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Part II: The Delta in Our Time

By Jerry Meral, Deputy Secretary, California Natural Resources Agency

This is the second of a three-part blog summarizing the evolution of public policy for Delta water supplies. Part I examined the original planning for the State Water Project. Part Two discusses the development of the Bay Delta Conservation Plan.

On a quiet summer day in June 1972, the failure of the Andrus-Brannan Islands caused sea water to rush into the Delta, jeopardizing the quality of supplies for the Contra Costa Water District and for the exports that serve millions of consumers in the Bay Area, Southern California and the Central Valley. This event forced decision makers to focus on the need for an alternative way to export water that currently flows into the Delta, given the mounting concerns about the reliability of its levees. In 1973, the Legislature established a program to provide funds for maintenance of the Delta levee system to reduce the risk of levee failure and island flooding.

These concerns for finding more reliable means of meeting the state's water needs gained additional urgency from some fundamental changes in water policy that were occurring far away from the Delta itself. From a Northern California perspective, the two big threats in the 1970’s involved ever-increasing exports by the state and federal water projects, and the danger that dams would be built on North Coast rivers to add to the Delta supply. The Reagan Administration responded to environmentalists' concerns on this score, first by vetoing the proposed Dos Rios Dam, and then by approving the creation of a California Wild and Scenic Rivers system to protect the most vulnerable of the North Coast rivers. Governor Jerry Brown inserted the rivers in the National Wild and Scenic Rivers System in 1980. Today, although the fear of increased exports continues to animate debate in some parts of Northern California, the notion of new dams on the North Coast is no longer entertained by the federal or state governments. But at the same time, the closing of these opportunities for future water development put additional emphasis on the need to find an alternative to Delta conveyance that would protect water quality and safeguard the supplies that two-thirds of the state depend on.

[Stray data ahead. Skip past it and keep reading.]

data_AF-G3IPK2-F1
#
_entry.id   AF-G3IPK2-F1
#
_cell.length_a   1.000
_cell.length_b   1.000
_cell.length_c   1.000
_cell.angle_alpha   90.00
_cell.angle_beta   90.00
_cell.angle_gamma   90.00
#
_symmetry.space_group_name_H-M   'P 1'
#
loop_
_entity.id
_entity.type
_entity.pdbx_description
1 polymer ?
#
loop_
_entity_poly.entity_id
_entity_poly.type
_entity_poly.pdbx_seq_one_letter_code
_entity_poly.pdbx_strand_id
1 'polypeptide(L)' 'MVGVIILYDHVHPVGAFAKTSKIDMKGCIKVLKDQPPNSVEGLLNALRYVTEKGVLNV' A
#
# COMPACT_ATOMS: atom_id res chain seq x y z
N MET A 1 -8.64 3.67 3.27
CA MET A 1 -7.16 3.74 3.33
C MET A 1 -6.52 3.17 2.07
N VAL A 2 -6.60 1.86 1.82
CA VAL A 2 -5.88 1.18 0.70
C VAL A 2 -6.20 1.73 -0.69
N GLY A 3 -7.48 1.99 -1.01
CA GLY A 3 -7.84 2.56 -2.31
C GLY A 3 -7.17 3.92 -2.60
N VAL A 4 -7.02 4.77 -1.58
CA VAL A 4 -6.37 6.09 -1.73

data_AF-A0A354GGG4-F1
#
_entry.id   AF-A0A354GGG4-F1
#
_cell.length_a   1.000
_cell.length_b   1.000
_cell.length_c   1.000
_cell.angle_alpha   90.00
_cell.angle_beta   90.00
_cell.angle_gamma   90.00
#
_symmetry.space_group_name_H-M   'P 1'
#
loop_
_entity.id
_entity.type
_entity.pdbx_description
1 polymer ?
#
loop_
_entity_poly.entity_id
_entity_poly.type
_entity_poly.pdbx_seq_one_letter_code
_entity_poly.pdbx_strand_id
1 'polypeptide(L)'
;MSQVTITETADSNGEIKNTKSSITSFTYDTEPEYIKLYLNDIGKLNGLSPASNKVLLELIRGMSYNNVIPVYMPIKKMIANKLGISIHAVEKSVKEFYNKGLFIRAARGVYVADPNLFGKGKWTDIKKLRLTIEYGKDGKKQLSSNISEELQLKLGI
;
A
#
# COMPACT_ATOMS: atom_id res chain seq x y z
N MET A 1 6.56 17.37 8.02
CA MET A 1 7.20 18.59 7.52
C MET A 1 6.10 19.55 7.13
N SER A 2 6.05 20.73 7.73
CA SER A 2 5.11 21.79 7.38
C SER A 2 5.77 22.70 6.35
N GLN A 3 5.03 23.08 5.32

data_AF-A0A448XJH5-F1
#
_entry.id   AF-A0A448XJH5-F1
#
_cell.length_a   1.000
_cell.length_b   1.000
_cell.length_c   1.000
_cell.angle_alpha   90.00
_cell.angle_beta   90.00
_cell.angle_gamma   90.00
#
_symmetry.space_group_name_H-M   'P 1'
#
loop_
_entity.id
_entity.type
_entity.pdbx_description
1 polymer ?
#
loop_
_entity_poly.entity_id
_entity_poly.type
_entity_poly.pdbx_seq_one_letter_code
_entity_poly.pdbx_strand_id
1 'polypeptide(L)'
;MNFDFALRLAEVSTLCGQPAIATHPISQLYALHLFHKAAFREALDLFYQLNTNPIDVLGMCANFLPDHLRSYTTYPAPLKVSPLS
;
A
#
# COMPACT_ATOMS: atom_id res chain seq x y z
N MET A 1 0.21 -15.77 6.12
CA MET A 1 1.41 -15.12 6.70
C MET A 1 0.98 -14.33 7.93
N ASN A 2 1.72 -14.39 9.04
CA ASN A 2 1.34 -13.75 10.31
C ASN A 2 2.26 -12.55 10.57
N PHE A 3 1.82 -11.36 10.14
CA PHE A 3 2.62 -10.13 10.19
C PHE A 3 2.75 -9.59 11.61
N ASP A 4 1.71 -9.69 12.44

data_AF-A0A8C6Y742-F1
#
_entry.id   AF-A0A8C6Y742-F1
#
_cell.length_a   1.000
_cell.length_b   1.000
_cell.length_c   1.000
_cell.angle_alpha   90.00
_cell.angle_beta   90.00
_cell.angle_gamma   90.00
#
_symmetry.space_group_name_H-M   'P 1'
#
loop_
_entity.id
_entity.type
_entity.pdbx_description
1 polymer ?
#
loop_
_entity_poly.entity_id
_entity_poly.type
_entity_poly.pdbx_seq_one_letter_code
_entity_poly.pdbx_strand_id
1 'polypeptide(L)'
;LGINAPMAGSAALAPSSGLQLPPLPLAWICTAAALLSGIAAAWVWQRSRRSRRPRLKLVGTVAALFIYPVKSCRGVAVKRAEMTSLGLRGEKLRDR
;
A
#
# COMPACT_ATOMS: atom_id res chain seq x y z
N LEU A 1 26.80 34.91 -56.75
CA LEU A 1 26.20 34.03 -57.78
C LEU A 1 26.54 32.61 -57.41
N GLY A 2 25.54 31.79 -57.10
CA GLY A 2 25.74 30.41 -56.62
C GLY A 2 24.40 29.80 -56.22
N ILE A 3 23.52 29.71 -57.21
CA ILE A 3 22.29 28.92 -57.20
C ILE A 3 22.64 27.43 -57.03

Planning for the development of the Peripheral Canal consequently intensified. In 1980 Governor Brown and the Legislature agreed on a plan that would link construction of the new facility with a new regime of protections for the environmental resources of the Delta, as well as additional Central Valley water storage. Although the proposal would have benefited farmers in the Central Valley as well as homeowners and businesses throughout the Bay Area and Southern California, a small group of agricultural interests were concerned that the protections for the Delta were too restrictive. They bankrolled a ballot issue which environmentalists used to generate intense opposition to the project principally in the Bay Area. The subsequent defeat of the Peripheral Canal by voters in 1982 brought a halt to efforts to develop alternative Delta conveyance. When Governor Deukmejian abandoned planning for a through-Delta conveyance system in 1984, Delta planning went dormant.